How may a person end up facing removal (deportation) proceedings in immigration court?
A non-citizen of the United States could end up facing removal (deportation) proceedings from the United States in immigration court if the U.S. government charges the person with having committed a ground (fault) of deportability. Non-citizens of the United States that could be placed in removal (deportation) proceedings are:
U.S. citizens, born or naturalized, are not subject to immigration law and therefore the U.S. government cannot place a U.S. citizen in removal (deportation) proceedings. However, Naturalized U.S. citizens might end up in immigration court facing removal (deportation) proceedings if they committed fraud in their applications for legal permanent residence or naturalization (united states citizenship).
Must non-citizens of the U.S. arriving into ports of entry (international bridges, airports or seaports) or people apprehended entering illegally into the U.S. and whom are not in possession of a visa or other document that would allow that person to legally enter the United States, are subject to a process called expedited removal, unless they express having fear of persecution if they are returned to their countries.
Non-citizens placed in expedited removal (deportation) will not have the opportunity to defend themselves against their removal (deportation) charges, before an immigration judge. The person will be removed (deported) from the United States by an immigration officer, immediately or shortly after their application for admission to enter the U.S. is denied or immediately after they were apprehended attempting to enter the U.S. illegally.
Will a person facing removal (deportation) proceedings in immigration court be detained during the entire process?
Depending on the circumstances, some non-citizens may face removal (deportation) proceedings in immigration court without being detained. This is called non-detained removal (deportation) proceedings. Other non-citizens will have to face the entire removal (deportation) proceedings detained in an ICE processing (detention) center. This is called detained removal (deportation) proceedings. Some will be detained at first, but then may be released on parole by ICE or by posting an immigration bond set by an immigration judge.
What can cause that a person be placed in removal (deportation) proceedings in immigration court?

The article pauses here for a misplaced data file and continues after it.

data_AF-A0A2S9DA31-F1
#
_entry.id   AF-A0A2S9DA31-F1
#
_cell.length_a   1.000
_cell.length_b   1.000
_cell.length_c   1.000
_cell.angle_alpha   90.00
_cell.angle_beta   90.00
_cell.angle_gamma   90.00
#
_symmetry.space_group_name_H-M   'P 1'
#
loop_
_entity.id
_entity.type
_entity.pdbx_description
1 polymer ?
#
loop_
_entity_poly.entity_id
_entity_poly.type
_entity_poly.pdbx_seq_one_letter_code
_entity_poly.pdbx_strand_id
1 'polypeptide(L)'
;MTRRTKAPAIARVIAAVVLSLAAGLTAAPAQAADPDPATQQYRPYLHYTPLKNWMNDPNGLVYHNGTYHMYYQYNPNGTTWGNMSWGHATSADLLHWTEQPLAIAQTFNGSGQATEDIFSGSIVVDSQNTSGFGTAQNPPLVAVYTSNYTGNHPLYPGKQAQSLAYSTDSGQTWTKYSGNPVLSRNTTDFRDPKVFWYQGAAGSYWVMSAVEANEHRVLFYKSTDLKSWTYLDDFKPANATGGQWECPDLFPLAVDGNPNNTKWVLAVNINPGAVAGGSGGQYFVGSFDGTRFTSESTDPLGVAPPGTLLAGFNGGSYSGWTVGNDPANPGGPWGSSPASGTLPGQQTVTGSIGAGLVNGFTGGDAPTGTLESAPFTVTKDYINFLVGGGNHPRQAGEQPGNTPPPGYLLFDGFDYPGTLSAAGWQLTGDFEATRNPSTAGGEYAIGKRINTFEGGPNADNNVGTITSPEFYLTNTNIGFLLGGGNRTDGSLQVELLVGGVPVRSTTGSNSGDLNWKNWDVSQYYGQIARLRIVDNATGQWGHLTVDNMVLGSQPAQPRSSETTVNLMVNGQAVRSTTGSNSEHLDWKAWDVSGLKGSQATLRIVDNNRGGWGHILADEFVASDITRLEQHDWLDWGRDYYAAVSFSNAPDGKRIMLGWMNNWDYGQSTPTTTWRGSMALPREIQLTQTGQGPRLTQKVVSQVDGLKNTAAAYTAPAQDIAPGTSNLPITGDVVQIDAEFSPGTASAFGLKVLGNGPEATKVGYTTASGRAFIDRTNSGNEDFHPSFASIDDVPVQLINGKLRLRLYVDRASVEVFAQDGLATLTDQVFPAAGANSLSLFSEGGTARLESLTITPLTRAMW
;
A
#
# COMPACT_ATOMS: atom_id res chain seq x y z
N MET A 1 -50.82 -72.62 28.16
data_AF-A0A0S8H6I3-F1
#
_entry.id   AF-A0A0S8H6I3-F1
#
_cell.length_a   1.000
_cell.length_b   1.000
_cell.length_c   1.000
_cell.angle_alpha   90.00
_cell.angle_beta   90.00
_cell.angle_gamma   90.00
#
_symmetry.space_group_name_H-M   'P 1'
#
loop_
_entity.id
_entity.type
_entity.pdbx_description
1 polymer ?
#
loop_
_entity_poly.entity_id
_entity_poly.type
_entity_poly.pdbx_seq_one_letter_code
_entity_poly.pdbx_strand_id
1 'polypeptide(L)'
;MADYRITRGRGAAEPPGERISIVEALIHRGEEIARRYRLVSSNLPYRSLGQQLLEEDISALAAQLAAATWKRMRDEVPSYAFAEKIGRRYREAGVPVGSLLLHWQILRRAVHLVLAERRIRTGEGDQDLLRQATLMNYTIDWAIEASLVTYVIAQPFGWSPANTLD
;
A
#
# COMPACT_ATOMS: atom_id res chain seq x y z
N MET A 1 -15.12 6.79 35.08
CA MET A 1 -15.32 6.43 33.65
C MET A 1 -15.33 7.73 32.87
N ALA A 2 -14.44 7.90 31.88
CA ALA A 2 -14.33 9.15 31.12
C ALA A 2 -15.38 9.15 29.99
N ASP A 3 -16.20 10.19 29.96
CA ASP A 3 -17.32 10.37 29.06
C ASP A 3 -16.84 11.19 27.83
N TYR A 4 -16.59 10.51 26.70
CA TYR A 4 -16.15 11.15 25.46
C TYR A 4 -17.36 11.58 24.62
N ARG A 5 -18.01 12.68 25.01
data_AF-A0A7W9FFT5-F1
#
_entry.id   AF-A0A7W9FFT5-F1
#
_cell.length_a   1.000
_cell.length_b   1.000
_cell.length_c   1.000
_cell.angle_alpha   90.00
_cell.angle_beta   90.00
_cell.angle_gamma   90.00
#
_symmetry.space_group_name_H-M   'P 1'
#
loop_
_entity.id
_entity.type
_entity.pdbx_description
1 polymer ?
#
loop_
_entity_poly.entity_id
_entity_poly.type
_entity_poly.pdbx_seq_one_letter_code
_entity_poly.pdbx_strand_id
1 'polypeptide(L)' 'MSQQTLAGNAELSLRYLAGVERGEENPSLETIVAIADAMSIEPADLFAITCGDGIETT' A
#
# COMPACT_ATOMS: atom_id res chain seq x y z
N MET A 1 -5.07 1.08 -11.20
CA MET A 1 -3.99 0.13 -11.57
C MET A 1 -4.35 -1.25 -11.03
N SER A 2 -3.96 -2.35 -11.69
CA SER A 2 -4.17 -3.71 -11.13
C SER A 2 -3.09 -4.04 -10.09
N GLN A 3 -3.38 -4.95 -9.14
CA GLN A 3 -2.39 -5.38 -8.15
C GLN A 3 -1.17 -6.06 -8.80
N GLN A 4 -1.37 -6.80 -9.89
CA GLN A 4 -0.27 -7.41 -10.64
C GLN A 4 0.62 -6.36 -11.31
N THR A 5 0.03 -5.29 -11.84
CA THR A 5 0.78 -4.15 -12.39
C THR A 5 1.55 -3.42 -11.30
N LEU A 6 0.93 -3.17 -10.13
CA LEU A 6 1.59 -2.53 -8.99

Below are the main grounds (faults) of deportation that can cause that a non-citizen of the United States to be placed in removal (deportation) proceedings before an immigration judge in immigration court.
Can a non-citizen person be placed in removal (deportation) proceedings even if never been convicted of a crime?
As you might have noticed, some grounds of deportability are triggered by having been convicted of serious crimes. Other grounds of deportability can be triggered by having a conviction of less serious crimes and other grounds of deportability can be triggered if the person has engaged in conduct that, although not considered crimes, immigration law considers it reprehensible.
Is there anything a non-citizen can do to avoid being charged with a ground of deportability triggered by serious crimes?
For those grounds of deportation that are triggered by convictions of serious crimes or by the admission of having committed serious criminal conducts, the best immigration court defense is avoiding having a criminal conviction at criminal courts by a judge or jury, pleading guilty to a criminal charge, admitting the commission of any criminal conduct in exchange of a less serious punishment, being placed on probation, or accepting any type of criminal responsibility in court before consulting with an immigration attorney, because once any of that happens, it will be very challenging to overcome the ground of deportation before an immigration judge when the case is filed with the immigration court.
Immigration judges have discretion to wave some grounds of deportability if the non-citizen meets certain requirements. However, the fact that an immigration judge has discretion to waive a ground of deportability, does not mean the judge will rule in favor of the person facing deportation in immigration court.
Therefore, the best immigration court defense against a charge of deportation is preventing the charge in the first place. This means that a non-citizen of the U.S. that is charged of committing a crime must consult with an immigration attorney before accepting any offer of guilty plea or otherwise admitting having committed a crime, even partially, in exchange of time served, probation, deferred probation, release under supervision, and other less serious penalties.
It also means that the non-citizen person should avoid situations that may trigger the non-criminal grounds of deportability on the list above.
Can a non-citizen person present any defense against deportation in immigration court to avoid being removed (deported) of the U.S.?
Yes! Below is a list of the main 9 immigration court defenses that might be available to a non-citizen of the U.S. who is facing removal (deportation) proceedings in immigration courts.
How can an immigration attorney in our firm help you successfully defend against deportation in immigration court?
Immigration attorneys in our firm are experts determining if the person facing deportation meets the requirements to one or more of those deportation defenses. This is what you need to do:
We look forward to helping you stay with your family in the United States. Facing removal (deportation) proceedings in immigration court is probably the most important battle of your entire life and we want to be by your side fighting for you until we reach victory.